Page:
New Kid On The Prospekt

Moscow’s new business school wants to shake up the MBA

The founders of Skolkovo, Russia’s first international business school, have designed a radical new MBA that replaces case studies with five internships across the world and focuses on emerging markets.

Situated on the outskirts of Moscow, and still looking very much under construction, Skolkovo - its full name is The Moscow School of Management – aims to be a Russia-anchored, world class institution along the lines of China’s CEIBS.

It has already forged a partnership with MIT, and counts Lee Kuan Yew, the founder of Singapore; Dennis Nally, Chairman of PriceWaterhouseCoopers; and Russian President Dmitry Medvedev as members of its advisory board.

The first full-time MBA students will start the 18-month program, which costs €50,000 and is taught in English, this September. There will be 45 students in the first intake.

Andrei Volkov is the School’s self-styled “Russian Dean”. Volkov, a former advisor to Russia’s Minister for Education, also pioneered executive education programs for some of Russia’s biggest companies as a head of the Academy of National Economy, and has climbed Mount Everest. The “International Dean” is Wilfried Vanhonacker, who helped to establish CEIBS where he was dean from 2001 to 2002.

There are three key differences between Skolkovo and existing business schools, according to Volkov. The first is the School’s entrepreneurial bias. Students will be given comprehensive training, not just in management, but in the skills needed to run a whole organization. Entrepreneurial tools can be applied in government and not-for-profit agencies too.

Second, the School will concentrate on emerging markets. “It’s difficult to imagine that we can compete in knowledge creation with London Business School, Harvard and Insead,” says Vokov. “But we are in Russia. Here, we have a different economic environment and different business rules”.

The third difference is an innovative curriculum that has students undertake five internships during the program, in each of Russia, China, the US, a corporation and a non-profit organization. “There was no point in copying the curriculum from existing business schools,” says Volkov, “so we jumped to an innovative approach.”

“I’ve always been pretty skeptical about the knowledge-centric model in business education”, he continues. “The real world is more than just cases. You have to be prepared for real practice”.

The Skolkovo project has moved fast. “We first had the idea in April 2005,” says Volkov, recalling a conversation he had with Ruben Vardanian, who is now president of the School. At the time, Volkov was advisor to Russia’s Minister for Education and was thinking of ways to modernize the country’s education system.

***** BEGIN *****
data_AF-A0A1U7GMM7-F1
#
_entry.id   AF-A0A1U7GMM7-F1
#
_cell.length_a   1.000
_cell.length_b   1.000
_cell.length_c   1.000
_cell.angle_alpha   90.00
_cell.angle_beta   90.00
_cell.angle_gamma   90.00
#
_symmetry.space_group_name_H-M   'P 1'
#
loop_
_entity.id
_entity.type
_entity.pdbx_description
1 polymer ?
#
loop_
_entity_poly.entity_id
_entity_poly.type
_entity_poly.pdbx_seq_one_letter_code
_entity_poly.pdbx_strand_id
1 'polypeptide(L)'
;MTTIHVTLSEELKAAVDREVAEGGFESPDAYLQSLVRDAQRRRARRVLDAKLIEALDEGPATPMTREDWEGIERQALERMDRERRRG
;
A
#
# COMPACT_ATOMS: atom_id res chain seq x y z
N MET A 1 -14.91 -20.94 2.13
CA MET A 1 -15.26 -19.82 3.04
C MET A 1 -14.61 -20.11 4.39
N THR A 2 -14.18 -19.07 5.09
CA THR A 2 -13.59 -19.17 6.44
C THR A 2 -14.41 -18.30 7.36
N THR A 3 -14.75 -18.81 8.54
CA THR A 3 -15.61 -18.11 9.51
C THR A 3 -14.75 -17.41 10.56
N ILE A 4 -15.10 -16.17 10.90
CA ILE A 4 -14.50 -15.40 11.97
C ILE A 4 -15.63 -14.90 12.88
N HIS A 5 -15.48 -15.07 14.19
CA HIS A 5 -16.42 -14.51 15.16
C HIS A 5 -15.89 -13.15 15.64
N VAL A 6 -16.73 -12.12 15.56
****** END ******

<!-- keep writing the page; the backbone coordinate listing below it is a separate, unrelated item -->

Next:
Vardanian is one of the most powerful men in finance, as chairman and CEO of Troika Dialog Group, Russia’s biggest investment banking and asset management firm.

Within a year, Vardanian and Volkov managed to convince a “critical mass” of funders to endow the school to the tune of half a billion dollars. They include Russian steel giant Severstal, oligarchs Roman Abramovich and Leonid Mikhelson, and international firms like India’s Sun Group.  

Many of the funders will share their expertise through master classes and lectures, granting Skolkovo students access to Russia’s business community. “It’s an opportunity for someone who wants to be a player in this world,” says Volkov.

He describes a typical Skolkovo MBA student as around 28 years old, with four or five years of management experience, and entrepreneurial drive. Around a third of students will be Russian, another third from the wider CIS states, and a third international.

The main thing that sets them apart is a desire to understand how emerging markets work. “It’s a much more unpredictable, unstable environment,” says Volkov. “There are a lot of risks and a lot of opportunities. People should be ready to take risks, but we need trained risk-takers.”

As well as training international emerging markets operators, the School aims to address the shortage of management skills in Russian firms. “Many companies need not just basic skills but basic knowledge,” argues Volkov. He cites the entry of international players like Duke University and London Business School as evidence that the market is under-developed. He predicts that business education will increase ten times over during the next twenty years.

The School’s partnership with MIT, which will kick off in November, includes exchanges for students and faculty, joint research, and a program for the oil and gas industry, which is co-funded by oil company BP.

At the moment the School is not offering any scholarships, but three winners of an entrepreneurs’ competition will study for free.

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